LOS ANGELES -- Catch the San Antonio Spurs for the top seed in the West with less than two months remaining in the regular season?
It seemed like a pretty ridiculous proposition for the Los Angeles Lakers to achieve back on Feb. 16.
But then again, losing to the Cleveland Cavaliers that day, a team they beat by 55 points the first time the two teams met this season, seemed pretty ridiculous, too.
Well, the Lakers' loss to the Cavs dropped them nine games behind the Spurs as the NBA calendar turned to the All-Star break, the most they've trailed San Antonio all season.
Lakers coach Phil Jackson often references one of his longtime assistant Tex Winter's favorite pearls of wisdom: "Everything can turn on a trifle."
To everything turn, turn, turn, including the Western Conference standings that look a lot different than they did before Blake Griffin jumped over a car to win the slam dunk contest and Kobe Bryant hoisted the All-Star Game MVP trophy.
The Lakers have won nine straight games and 17 of 18 to cut San Antonio's lead to just 1½ games . Their 17-1 record since the All-Star break carries with it by far the best winning percentage (.944) in NBA history after the break, outpacing the 1996-97 Utah Jazz, who went 31-4 (.886), by a significant margin.
The Spurs, meanwhile, have lost six straight. It is the longest skid of Tim Duncan's storied 14-season career. You have to go back to the year before Duncan came to town to find a San Antonio team that lost as many in a row.
Now, with six games left for the Spurs and seven games left for the Lakers and one game remaining between the two of them on April 12, the Lakers control their own destiny. If L.A. wins out -- even if San Antonio goes 5-1 and loses only that game against the Lakers -- Los Angeles secures the No. 1 seed.
"We never thought too much about it because it wasn't up to us," Pau Gasol said after the Lakers' comeback win in Utah on Friday. "The distance has been always really large until this point."
Jackson still doesn't want his team to think about it, saying the Lakers have to get through their next four games, starting with the Denver Nuggets on Sunday (12:30 p.m. PT, ABC), before he'll address the possibility of its happening.
"If we can go through Sunday and these Tuesday, Wednesday, Friday games OK, then the last three games, we'll talk about it," Jackson said.
That doesn't mean there's a gag order on Jackson's players, however.
"We want the best record in the league, and we want first place," Andrew Bynum said.
And when Lamar Odom was asked whether passing the Spurs has become a realistic goal at this point, he said, "I think so."
As well as the Lakers have been playing, each of their remaining games presents its own challenge. The Nuggets have won five in a row and 14 of 18 since trading away Carmelo Anthony, and a big national TV game against a rival such as the Lakers could be their true coming-out party. Next comes the Jazz game, which should be winnable, but Utah will have revenge fresh on the mind. Then it's the second night of a back-to-back in Golden State, followed by another road game in Portland against a hot Blazers team that has won seven of its past 10 and always plays L.A. well at the Rose Garden.
The final three-game stretch Jackson referenced starts with a home game against the Oklahoma City Thunder, who are coming off a 14-2 record in March and will be trying desperately to avoid the season sweep at the hands of the Lakers. That's followed by the matchup that could mean everything at home against the Spurs, then an ending in Sacramento on the second night of a back-to-back on what promises to be an emotional night because it could be the last time the Kings play in the city before moving to Anaheim.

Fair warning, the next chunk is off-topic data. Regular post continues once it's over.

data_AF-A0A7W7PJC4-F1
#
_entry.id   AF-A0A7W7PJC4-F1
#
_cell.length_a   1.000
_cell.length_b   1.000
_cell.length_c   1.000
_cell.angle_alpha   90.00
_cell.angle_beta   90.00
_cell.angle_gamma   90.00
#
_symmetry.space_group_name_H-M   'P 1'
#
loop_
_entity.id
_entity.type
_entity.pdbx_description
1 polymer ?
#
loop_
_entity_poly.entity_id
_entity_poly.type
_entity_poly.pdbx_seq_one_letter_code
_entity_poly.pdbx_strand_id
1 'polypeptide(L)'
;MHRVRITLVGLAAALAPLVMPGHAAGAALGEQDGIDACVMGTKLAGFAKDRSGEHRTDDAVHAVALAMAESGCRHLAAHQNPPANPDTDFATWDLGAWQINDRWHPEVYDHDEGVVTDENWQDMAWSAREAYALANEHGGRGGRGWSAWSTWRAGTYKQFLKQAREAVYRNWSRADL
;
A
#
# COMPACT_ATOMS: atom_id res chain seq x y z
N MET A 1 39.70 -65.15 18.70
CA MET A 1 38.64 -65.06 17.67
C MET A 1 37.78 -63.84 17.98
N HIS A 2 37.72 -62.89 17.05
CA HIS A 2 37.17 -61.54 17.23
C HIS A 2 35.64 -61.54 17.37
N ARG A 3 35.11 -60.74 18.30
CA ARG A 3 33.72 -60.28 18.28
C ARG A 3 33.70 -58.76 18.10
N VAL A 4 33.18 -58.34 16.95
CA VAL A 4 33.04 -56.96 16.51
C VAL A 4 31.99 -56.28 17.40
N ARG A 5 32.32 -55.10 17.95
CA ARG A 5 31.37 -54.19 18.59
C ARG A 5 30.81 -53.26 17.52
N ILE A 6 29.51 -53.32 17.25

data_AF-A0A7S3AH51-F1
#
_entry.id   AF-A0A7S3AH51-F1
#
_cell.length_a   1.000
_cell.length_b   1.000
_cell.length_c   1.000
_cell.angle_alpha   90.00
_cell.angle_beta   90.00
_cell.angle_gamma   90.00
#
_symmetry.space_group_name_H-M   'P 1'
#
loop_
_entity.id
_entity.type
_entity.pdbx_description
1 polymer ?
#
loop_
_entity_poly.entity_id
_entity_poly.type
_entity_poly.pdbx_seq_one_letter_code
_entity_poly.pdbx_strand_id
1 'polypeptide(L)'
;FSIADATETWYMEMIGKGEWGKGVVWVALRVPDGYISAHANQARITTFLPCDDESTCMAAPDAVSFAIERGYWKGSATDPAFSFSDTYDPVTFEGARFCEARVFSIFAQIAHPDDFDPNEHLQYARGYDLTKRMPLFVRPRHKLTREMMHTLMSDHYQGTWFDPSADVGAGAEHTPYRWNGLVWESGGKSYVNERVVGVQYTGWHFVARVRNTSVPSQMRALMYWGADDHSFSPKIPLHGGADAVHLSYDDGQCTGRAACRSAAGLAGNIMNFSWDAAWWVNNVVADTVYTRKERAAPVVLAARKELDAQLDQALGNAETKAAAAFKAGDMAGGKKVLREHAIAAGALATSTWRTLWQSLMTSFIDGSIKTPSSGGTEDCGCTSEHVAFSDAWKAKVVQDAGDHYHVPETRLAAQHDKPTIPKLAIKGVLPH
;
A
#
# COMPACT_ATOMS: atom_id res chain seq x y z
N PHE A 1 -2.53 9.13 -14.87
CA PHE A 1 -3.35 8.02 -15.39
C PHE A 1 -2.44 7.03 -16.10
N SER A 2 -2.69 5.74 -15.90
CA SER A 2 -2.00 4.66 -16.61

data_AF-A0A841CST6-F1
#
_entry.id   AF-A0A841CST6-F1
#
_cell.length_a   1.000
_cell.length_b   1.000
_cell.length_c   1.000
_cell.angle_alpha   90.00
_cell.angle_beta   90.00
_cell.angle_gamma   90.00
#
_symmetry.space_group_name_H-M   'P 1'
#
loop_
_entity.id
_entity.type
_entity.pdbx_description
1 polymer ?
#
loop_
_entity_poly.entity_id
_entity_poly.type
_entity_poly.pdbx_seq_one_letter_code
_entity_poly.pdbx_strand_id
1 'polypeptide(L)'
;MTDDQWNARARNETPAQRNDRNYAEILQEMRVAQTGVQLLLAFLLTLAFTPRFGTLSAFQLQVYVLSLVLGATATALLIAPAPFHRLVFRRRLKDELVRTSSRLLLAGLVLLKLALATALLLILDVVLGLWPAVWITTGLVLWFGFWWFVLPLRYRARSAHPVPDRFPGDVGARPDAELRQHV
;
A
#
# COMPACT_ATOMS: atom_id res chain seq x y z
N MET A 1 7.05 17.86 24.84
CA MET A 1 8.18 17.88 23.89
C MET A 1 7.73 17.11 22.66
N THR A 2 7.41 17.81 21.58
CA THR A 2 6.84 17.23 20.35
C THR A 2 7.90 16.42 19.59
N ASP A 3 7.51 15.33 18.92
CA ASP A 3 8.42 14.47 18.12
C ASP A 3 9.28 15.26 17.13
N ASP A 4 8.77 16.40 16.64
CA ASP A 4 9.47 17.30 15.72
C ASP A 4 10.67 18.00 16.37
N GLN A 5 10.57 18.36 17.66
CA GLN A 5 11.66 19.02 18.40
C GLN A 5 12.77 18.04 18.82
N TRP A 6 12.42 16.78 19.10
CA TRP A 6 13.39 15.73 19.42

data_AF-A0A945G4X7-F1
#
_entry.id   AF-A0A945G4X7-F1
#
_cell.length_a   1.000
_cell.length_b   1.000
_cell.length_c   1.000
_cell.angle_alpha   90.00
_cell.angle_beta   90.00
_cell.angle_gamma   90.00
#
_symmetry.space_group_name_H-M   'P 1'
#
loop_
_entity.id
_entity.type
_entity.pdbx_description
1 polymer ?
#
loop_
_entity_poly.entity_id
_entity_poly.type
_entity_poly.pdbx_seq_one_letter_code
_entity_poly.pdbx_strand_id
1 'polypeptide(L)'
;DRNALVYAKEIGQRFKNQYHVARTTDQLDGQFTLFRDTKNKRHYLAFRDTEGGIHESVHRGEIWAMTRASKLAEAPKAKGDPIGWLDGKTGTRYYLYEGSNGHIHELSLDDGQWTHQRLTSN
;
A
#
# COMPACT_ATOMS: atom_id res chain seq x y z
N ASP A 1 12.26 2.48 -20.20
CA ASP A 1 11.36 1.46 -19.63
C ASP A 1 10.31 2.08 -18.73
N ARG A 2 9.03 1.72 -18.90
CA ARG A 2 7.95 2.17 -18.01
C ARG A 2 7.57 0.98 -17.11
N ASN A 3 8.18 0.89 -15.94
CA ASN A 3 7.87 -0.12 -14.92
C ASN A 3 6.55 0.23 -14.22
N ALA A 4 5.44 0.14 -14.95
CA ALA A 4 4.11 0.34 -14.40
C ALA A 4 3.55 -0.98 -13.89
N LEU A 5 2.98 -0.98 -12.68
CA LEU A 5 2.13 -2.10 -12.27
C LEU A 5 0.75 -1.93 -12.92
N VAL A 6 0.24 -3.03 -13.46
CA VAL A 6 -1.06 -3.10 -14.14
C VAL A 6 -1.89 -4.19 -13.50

If the Lakers play well enough to catch the Spurs, they will be putting themselves in a great position to become the top seed overall. As of Saturday morning, the Lakers had an identical 55-20 record as Chicago (although the Bulls hold the tiebreaker), but had some space between them and the teams behind them (the Dallas Mavericks are two games back, the Miami Heat 2½ games back and the Boston Celtics three games back).
The one commonality in the Lakers' three consecutive trips to the Finals was that they were the No. 1 seed in the West each year. And the commonality in their two consecutive championships is that they had home-court advantage in the Finals. When they lost in 2008, the Celtics were the higher seed.
Bryant has his own theory, however, of what overtaking the Spurs could mean for the Lakers.
"It means nothing," he said Friday night.
A couple of weeks ago, he claimed, "Home-court advantage to me is overrated." He explained that, in his mind, the Lakers didn't have home-court advantage against Boston in the Finals last season because after L.A. dropped one of the first two games at Staples Center, the rest of the Finals became a best-of-five series with three games hosted by the Celtics.
Bryant genuinely believes that, and he has first-hand experience in the true road team winning in the 2-3-2 Finals format as the Detroit Pistons beat his Lakers in 2004 as the lower seed.
But Jackson has his own reasons for not putting too much stock in catching the Spurs quite yet.
"It's simply this," Jackson said. "We've played very well, [but] you can go out and have a stinker like we had in the first half [Friday] and lose a ballgame, not have that energy in the second half to come back and win. It's asking a lot of a team to continue at that pace and expect them to play at that pace. We want to do it and have every urgency to do it, but the odds are against us. It's still a real tough thing to do."
Then again, it was tough to imagine this even being a conversation worth having two months ago.